“You are what you eat, from your head to your feet.”
At least, that’s what we were always told. Though caloric intake certainly has plenty to do with our health, scientists have discovered that the microbes living in our intestines might have more to do with our weight—and ultimately our health—than originally realized.
Previous study on the subject of intestinal microbes showed connections between certain microbes and either weight gain or weight loss. The proportion to which these microbes existed in the intestinal tract was once believed to be heavily tied to the person’s diet. New research however has found that certain microbes are heritable. That’s right, your weight could be heavily influenced by your own genes.
This specific study examined 416 sets of twins and searched their intestinal tracts for certain types of bacteria that were believed to be tied to weight loss and a lean body type. Upon examining these individuals, scientists discovered that these microbes were most commonly seen in either both or neither of the twins. This led scientists to believe that there was some sort of hereditary factor that caused these microbes to appear on an ‘all or nothing’ matter in their study.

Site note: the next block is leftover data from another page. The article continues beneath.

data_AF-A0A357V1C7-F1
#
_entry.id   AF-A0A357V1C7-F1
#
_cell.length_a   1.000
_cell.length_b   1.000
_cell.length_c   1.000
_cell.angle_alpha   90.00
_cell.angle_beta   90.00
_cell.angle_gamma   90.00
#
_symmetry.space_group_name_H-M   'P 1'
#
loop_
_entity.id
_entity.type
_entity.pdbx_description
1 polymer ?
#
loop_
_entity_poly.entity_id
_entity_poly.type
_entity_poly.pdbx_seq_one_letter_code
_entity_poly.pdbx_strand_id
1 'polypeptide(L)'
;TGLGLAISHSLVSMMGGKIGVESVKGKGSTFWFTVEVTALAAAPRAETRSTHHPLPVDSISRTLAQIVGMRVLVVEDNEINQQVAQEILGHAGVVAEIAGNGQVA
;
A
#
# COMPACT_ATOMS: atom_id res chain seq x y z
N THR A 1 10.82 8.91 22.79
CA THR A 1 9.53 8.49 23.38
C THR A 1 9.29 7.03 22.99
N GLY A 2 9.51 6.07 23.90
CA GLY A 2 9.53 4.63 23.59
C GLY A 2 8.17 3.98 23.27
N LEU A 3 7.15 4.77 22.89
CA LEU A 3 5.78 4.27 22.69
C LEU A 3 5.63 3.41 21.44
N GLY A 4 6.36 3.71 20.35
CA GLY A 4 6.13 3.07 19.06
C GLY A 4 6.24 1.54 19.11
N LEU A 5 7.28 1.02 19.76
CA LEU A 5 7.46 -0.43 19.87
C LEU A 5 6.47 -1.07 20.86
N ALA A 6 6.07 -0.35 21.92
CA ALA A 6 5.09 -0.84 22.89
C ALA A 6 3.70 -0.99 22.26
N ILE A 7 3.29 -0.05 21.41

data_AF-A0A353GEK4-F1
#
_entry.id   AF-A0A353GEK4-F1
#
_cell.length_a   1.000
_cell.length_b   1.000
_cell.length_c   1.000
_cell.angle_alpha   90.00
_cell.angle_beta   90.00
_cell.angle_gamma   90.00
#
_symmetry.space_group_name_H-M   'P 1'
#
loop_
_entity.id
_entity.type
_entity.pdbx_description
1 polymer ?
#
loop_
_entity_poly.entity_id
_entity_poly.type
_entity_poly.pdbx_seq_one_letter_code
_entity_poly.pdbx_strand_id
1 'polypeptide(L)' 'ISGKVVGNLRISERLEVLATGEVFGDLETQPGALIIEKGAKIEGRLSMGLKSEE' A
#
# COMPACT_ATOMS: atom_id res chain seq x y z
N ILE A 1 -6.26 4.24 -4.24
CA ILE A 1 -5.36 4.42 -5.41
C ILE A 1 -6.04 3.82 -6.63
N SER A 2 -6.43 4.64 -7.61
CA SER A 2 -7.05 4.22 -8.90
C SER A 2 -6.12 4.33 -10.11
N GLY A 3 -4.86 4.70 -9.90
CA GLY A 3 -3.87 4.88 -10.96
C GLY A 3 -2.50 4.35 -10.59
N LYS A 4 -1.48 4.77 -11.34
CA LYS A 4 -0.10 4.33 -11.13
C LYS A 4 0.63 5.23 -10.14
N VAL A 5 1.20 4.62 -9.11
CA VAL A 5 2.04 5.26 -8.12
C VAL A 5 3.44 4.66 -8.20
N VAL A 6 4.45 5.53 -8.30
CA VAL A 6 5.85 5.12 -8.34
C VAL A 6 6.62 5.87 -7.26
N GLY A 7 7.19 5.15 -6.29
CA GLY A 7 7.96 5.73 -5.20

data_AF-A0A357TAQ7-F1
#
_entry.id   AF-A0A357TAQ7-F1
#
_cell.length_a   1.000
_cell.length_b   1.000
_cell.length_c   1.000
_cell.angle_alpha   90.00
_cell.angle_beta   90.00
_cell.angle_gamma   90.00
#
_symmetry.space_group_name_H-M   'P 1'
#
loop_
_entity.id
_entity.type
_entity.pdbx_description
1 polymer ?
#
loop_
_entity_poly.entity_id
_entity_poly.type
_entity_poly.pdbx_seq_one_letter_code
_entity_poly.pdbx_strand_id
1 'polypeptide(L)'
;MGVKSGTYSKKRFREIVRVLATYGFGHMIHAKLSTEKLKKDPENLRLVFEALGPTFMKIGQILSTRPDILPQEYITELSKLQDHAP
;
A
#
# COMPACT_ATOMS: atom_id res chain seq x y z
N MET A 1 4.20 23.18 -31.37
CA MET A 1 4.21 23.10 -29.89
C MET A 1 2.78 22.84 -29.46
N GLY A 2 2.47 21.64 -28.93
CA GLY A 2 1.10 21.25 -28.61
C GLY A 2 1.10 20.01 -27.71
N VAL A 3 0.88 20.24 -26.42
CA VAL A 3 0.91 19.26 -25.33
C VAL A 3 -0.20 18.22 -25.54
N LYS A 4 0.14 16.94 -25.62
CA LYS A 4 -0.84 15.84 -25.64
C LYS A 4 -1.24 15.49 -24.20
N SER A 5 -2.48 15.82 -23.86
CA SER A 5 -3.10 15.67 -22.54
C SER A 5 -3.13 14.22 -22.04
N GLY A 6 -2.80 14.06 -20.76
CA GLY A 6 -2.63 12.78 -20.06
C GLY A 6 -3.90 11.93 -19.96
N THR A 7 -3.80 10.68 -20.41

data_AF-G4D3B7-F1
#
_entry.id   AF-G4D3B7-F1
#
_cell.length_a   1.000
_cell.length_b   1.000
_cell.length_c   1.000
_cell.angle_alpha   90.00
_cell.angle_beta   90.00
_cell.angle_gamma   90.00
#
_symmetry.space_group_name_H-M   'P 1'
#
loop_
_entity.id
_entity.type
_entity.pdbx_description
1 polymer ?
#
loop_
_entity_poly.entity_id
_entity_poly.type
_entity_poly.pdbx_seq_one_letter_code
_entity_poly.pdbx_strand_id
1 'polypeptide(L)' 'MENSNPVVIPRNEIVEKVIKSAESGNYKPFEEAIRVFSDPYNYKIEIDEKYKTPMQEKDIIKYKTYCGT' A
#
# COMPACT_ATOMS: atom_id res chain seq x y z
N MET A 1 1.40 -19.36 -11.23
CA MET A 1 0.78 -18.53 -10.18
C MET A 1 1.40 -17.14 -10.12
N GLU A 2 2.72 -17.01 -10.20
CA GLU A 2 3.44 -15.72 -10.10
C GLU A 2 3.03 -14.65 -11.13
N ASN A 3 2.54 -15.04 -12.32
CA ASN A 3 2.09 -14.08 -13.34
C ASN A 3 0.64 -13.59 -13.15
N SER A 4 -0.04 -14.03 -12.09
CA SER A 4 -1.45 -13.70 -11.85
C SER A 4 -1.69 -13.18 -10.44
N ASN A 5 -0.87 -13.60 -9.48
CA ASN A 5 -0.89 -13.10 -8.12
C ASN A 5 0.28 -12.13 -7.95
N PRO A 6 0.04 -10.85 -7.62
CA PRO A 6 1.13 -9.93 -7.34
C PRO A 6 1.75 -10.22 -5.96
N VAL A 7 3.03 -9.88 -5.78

To further test their hypothesis, scientists implanted bacteria associated with weight gain and a heavy body mass into mice. These mice responded accordingly and quickly grew in size after receiving the injections.
The results could potentially lean to treatment in humans. Instead of injecting “fattening” bacteria, doctors could shift the balance of the different bacteria in the human intestinal tract. Is it possible that introducing the “lean” bacteria could bring about weight loss in people? Only time will tell, but the outlook for such a treatment is certainly bright.
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